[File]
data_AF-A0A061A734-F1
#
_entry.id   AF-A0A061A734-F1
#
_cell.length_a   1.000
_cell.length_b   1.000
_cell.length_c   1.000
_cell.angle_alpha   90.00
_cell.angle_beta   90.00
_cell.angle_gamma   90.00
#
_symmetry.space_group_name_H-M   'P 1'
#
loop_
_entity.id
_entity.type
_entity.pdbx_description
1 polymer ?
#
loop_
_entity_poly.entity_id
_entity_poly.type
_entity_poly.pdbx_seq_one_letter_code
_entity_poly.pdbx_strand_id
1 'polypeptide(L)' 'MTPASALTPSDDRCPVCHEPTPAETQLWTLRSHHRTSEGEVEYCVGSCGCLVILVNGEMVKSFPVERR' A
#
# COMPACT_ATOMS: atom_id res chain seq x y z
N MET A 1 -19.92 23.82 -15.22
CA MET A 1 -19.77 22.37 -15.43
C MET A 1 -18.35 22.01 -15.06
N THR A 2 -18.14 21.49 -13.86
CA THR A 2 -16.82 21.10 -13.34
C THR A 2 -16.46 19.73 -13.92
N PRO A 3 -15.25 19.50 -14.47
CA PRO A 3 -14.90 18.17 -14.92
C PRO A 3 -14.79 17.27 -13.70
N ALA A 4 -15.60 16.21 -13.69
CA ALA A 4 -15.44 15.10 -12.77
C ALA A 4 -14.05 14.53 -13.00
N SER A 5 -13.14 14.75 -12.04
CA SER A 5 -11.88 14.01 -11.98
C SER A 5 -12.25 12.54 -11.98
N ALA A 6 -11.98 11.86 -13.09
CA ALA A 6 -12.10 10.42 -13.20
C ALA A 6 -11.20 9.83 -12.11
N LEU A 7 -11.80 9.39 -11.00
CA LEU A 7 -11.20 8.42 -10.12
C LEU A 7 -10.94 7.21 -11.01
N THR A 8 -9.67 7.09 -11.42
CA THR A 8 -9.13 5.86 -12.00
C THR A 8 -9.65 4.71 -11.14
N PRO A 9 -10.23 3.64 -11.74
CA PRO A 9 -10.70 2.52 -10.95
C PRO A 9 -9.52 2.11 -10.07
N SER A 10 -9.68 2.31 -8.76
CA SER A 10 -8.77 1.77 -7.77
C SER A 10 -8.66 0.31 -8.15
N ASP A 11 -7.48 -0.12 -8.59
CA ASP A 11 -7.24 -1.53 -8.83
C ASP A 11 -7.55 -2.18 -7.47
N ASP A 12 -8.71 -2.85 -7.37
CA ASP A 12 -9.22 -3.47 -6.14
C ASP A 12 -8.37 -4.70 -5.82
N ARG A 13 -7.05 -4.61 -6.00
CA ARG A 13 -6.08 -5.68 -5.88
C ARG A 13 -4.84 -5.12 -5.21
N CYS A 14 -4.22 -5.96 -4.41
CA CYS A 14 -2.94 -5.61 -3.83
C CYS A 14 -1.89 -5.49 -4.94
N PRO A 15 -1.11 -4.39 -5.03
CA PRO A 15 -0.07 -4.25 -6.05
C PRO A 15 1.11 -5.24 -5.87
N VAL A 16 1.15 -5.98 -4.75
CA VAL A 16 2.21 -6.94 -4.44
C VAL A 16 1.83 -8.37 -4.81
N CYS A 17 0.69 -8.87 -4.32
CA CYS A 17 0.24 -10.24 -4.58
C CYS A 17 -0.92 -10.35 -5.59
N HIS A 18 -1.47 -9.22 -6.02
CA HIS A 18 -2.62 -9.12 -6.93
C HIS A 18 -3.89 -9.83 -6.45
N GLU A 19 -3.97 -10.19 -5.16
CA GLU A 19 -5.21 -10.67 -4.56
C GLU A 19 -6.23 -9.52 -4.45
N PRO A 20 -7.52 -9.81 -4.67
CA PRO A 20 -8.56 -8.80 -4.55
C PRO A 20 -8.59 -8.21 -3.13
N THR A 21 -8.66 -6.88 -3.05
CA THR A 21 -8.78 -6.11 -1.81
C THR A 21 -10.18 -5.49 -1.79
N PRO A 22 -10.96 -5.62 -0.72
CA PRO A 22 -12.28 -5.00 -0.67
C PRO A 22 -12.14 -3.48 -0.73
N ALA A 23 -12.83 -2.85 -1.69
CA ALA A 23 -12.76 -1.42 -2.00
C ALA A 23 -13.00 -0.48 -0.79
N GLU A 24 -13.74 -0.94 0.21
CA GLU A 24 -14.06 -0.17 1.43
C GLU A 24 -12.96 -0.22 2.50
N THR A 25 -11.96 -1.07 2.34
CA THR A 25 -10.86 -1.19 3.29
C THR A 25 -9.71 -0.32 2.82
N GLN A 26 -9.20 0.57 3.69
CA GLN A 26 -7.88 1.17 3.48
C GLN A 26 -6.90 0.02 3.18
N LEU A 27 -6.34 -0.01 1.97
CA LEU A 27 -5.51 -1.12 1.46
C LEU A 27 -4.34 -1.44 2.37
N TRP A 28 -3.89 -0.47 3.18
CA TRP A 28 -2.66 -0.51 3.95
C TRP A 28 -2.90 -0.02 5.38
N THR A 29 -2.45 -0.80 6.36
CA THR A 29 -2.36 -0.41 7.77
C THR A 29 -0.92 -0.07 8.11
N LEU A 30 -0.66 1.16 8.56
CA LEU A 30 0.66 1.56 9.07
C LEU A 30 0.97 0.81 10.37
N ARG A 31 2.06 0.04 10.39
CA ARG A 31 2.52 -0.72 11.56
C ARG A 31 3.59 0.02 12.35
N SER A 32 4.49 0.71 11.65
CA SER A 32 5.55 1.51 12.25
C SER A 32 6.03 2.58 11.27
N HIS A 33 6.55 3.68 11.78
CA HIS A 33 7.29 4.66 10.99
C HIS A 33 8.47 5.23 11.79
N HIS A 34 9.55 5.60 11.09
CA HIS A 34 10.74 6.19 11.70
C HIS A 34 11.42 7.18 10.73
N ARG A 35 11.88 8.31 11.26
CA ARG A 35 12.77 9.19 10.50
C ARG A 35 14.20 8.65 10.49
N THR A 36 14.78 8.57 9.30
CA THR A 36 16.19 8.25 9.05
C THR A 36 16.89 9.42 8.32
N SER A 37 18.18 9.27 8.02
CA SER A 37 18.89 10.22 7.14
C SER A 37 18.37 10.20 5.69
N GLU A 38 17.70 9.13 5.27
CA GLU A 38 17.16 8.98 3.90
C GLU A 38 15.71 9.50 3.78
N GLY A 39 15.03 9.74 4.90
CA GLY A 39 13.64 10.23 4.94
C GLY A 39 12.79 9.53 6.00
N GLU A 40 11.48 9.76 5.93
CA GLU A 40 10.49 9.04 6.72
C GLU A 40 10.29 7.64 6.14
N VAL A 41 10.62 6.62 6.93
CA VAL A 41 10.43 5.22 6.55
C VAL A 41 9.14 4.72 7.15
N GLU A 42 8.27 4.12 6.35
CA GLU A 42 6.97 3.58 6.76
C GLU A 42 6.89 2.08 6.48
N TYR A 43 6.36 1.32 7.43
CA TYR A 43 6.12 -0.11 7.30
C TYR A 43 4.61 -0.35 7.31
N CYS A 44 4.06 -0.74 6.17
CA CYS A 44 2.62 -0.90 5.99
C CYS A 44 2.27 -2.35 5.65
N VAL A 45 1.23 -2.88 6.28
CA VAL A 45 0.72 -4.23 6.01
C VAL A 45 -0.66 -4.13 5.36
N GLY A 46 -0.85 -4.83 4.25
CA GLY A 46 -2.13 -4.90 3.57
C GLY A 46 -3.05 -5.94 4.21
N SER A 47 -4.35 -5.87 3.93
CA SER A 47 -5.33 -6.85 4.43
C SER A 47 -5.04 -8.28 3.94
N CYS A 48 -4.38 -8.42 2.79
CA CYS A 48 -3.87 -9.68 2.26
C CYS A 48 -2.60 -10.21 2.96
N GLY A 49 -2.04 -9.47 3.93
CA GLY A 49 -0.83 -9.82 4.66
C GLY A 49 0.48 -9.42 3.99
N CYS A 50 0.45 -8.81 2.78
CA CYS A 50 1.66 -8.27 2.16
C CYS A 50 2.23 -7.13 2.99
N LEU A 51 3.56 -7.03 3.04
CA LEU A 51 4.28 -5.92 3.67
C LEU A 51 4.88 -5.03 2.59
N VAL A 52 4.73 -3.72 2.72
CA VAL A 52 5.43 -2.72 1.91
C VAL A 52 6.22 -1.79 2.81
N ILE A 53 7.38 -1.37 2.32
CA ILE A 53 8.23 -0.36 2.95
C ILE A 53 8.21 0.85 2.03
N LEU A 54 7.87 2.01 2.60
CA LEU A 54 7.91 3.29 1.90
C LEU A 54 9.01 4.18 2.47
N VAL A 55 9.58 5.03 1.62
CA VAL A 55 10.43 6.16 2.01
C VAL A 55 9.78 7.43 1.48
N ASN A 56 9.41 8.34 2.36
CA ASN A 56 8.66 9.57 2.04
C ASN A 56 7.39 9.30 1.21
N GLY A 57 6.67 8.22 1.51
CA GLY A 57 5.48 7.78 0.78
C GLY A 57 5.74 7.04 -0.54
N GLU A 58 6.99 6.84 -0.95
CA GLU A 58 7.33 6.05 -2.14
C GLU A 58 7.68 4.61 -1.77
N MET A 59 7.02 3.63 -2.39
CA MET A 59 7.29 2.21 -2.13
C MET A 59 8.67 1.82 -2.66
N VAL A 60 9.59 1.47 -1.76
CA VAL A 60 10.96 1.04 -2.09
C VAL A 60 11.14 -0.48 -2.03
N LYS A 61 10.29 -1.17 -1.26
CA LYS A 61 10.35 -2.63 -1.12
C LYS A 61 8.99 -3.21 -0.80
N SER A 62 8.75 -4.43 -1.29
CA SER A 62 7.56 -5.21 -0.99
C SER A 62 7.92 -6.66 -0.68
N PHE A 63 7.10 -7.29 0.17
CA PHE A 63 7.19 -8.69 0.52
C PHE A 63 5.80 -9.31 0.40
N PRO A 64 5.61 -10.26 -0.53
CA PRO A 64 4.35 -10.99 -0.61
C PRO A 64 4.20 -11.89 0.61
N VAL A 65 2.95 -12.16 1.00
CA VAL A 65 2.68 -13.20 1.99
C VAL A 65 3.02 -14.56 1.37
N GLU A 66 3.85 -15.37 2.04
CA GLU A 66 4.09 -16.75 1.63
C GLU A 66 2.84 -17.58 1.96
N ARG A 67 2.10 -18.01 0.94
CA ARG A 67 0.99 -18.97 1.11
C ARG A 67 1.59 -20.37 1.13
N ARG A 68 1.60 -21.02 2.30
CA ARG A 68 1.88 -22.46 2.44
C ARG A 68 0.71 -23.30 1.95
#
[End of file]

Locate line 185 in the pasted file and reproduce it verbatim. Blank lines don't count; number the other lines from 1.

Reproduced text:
CA ILE A 53 8.23 -0.36 2.95